I have heard that a calorie is a calorie, no matter what. So, why does it matter if we get calories from an apple or a candy bar? I understand that an apple has other nutrients, but I just want to know about calories. Are there good/bad calories...or are they all the same?
I think it very much matters where that calorie comes from... is that calorie made up from fat, sugar, carbs? Fiber? It really does make a difference... your calories should be balanced and healthy... everyone should have a certain amount of calories from fat, carbs, fiber, protein, etc. Now how many each person should have is pretty individual... but yes, it makes a big difference as to where they come from... I'd love to eat candy bars all day, but I also like being able to fit through my door! LOL!!!!!
Where your calories come from matters a great deal. If you have a 300 calorie candy bar, that's lots of simple sugar which will enter your bloodstream very quickly. If your blood glucose gets too high, insulin will move the glucose into fat cells. If on the other hand you have a 300 calorie protein bar, it takes longer to digest and in the absence of carbs, 58% of the protein will be converted to glucose. Fat is another concern. There are good fats and bad fats. You want monosaturated fat which is why fish is recommended. What you don't want is saturated fats like you find in candy or fast food. The main point here is that you want to be conscious of where your calories are coming from cause you want to control blood sugar. If it gets too high, then you'll gain fat and it won't matter if you're counting calories. Calorie counting is only the first step in weight management. It's not the bottom line. Anyone who tells you it's that simple is oversimplifying things.
Yes, 1 calorie equals 1 calorie. BUT there are a few things to consider. If I ate 1200 calories at McDonalds that wouldn't take much to do (maybe a big mac, lg fries and a milk shake). Ok..so that's my day. For sure I'll be hungry again.
OR..I could eat a huge salad, 2 chicken breasts, some wheat toast, an apple, brown rice, some chick peas, tuna fish, and some strawberries throughout the day.
Seems to me the latter would be a whole lot more satisfying.
There's a book I want to get and I beleive it's called Picture Perfect Diet. It shows you (in pictures) stuff like you could eat this one little bag of potato chips OR you could have All this Other food for the same ammount of calories.
At its most basic, if you eat exactly the number of calories that you burn and if you're ONLY talking about weight, the answer is yes -- a calorie is a calorie. A protein calorie is no different from a fat calorie -- they are simply units of energy. As long as you burn what you eat, you will maintain your weight and as long as you burn more than you eat, you'll lose weight. If you eat 1000 calories of chocolate or 1000 calories of broccoli it will be the same if weight is the ONLY thing you're talking about. Eat too many calories and you store it as fat.
But if you're talking nutrition, it definitely matters where those calories originate.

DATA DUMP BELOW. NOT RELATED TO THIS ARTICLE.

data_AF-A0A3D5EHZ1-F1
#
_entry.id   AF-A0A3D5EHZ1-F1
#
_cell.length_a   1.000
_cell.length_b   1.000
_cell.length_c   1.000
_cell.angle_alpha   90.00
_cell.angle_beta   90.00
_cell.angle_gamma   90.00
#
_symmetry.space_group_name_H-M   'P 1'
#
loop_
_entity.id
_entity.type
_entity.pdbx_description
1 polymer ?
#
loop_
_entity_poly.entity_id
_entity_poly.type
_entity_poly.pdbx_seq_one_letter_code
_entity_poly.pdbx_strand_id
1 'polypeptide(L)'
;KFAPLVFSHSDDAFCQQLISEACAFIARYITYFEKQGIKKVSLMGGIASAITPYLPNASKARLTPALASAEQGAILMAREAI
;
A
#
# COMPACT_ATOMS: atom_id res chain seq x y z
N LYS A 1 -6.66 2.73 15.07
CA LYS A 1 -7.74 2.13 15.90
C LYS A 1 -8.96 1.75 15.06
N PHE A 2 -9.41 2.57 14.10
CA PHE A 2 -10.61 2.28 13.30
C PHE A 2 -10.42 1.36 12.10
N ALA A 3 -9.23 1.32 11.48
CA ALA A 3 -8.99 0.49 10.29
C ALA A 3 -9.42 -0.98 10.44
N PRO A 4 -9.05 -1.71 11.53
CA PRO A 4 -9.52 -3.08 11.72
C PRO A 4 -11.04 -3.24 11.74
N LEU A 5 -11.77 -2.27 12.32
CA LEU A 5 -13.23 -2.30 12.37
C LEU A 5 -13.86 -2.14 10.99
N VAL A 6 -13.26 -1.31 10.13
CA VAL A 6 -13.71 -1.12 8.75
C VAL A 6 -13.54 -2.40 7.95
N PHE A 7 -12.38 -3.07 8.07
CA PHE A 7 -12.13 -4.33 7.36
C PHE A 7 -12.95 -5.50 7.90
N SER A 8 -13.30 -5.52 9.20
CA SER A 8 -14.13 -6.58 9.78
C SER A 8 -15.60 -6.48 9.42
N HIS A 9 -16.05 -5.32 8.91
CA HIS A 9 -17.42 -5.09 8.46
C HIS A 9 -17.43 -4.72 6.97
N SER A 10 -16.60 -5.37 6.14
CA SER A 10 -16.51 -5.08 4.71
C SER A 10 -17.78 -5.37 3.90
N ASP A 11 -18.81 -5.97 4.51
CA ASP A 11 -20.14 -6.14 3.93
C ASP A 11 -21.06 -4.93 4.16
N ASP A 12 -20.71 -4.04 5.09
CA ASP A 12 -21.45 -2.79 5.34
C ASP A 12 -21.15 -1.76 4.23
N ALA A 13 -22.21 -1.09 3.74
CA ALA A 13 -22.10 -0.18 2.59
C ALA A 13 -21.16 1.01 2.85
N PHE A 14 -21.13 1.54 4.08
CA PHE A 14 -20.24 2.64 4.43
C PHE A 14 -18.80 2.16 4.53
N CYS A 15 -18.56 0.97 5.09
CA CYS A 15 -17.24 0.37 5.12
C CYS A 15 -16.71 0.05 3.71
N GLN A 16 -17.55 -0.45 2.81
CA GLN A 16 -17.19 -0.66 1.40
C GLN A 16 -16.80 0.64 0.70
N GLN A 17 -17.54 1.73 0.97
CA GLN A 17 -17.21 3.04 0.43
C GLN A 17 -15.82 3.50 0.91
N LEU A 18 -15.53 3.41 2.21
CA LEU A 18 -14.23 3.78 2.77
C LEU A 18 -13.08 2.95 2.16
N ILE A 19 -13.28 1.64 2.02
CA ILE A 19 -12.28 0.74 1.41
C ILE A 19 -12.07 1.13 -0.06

Originally posted by Lindarella: At its most basic, if you eat exactly the number of calories that you burn and if you're ONLY talking about weight, the answer is yes -- a calorie is a calorie. As long as you burn what you eat, you will maintain your weight and as long as you burn more than you eat, you'll lose weight.
This is wrong. If my body needs 1800 calories and I eat 6 slices of pizza at 300 calories each, one every 3 hours, I will still gain weight. Why? Because a person's metabolism has been conditioned to burn more glucose earlier in the day, so if I have that pizza slice in the evening, there's a greater chance of excess carbs which means I'll gain weight.
If you eat 1000 calories of chocolate or 1000 calories of broccoli it will be the same if weight is the ONLY thing you're talking about.
If I eat 1000 calories of chocolate, my bloodstream will be flooded with sugar. Since it can't use that much sugar at once, insulin will store the excess as fat. If I eat 1000 calories of brocolli, the high fiber content means not all of the calories will be absorbed and because it takes longer to digest, glucose will enter my bloodstream at a slower rate, giving my body time to burn the glucose and less chance of there being excess and therefore, less chance of gaining weight.
meily, it is not complicated. Calories, carbs, fat, protein, fiber, sugar. That may seem like a lot of variables, but just think how many variables there are when you manage your money. Bank accounts, credit card balances, 401K, IRA, stocks, bonds, pension funds, mortgages, car loans, student loans. A person's health is just as important as their career or their finances, if not more, and yet we put more effort into those things than we do our health. I blame the education system in this country. We don't spend enough time teaching young people how to manage their health so that by the time they're adults, they know don't know what to do. If kids learned this stuff at an early age, it would not seem so complicated when they were adults.